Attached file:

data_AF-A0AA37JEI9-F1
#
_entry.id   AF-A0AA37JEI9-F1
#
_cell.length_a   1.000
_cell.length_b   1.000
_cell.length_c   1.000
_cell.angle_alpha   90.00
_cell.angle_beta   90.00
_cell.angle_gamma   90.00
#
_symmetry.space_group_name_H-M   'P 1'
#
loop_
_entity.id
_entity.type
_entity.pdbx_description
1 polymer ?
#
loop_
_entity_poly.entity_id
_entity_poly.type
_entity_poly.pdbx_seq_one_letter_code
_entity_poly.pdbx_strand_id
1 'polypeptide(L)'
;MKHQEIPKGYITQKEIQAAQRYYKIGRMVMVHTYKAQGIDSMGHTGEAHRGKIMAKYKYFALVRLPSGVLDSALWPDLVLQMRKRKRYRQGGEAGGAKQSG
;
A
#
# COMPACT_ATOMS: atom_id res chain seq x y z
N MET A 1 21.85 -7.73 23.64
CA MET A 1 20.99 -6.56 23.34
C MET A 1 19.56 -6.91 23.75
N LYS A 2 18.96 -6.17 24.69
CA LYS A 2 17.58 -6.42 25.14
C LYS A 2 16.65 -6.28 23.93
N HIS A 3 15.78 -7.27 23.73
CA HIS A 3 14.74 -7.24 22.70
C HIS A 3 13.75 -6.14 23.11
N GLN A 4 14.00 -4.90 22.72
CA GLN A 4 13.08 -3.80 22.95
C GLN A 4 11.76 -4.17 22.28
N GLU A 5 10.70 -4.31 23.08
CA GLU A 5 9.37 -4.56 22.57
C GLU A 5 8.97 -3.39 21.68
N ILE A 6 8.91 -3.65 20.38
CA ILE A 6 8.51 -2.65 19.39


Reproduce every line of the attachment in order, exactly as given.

data_AF-A0AA37JEI9-F1
#
_entry.id   AF-A0AA37JEI9-F1
#
_cell.length_a   1.000
_cell.length_b   1.000
_cell.length_c   1.000
_cell.angle_alpha   90.00
_cell.angle_beta   90.00
_cell.angle_gamma   90.00
#
_symmetry.space_group_name_H-M   'P 1'
#
loop_
_entity.id
_entity.type
_entity.pdbx_description
1 polymer ?
#
loop_
_entity_poly.entity_id
_entity_poly.type
_entity_poly.pdbx_seq_one_letter_code
_entity_poly.pdbx_strand_id
1 'polypeptide(L)'
;MKHQEIPKGYITQKEIQAAQRYYKIGRMVMVHTYKAQGIDSMGHTGEAHRGKIMAKYKYFALVRLPSGVLDSALWPDLVLQMRKRKRYRQGGEAGGAKQSG
;
A
#
# COMPACT_ATOMS: atom_id res chain seq x y z
N MET A 1 21.85 -7.73 23.64
CA MET A 1 20.99 -6.56 23.34
C MET A 1 19.56 -6.91 23.75
N LYS A 2 18.96 -6.17 24.69
CA LYS A 2 17.58 -6.42 25.14
C LYS A 2 16.65 -6.28 23.93
N HIS A 3 15.78 -7.27 23.73
CA HIS A 3 14.74 -7.24 22.70
C HIS A 3 13.75 -6.14 23.11
N GLN A 4 14.00 -4.90 22.72
CA GLN A 4 13.08 -3.80 22.95
C GLN A 4 11.76 -4.17 22.28
N GLU A 5 10.70 -4.31 23.08
CA GLU A 5 9.37 -4.56 22.57
C GLU A 5 8.97 -3.39 21.68
N ILE A 6 8.91 -3.65 20.38
CA ILE A 6 8.51 -2.65 19.39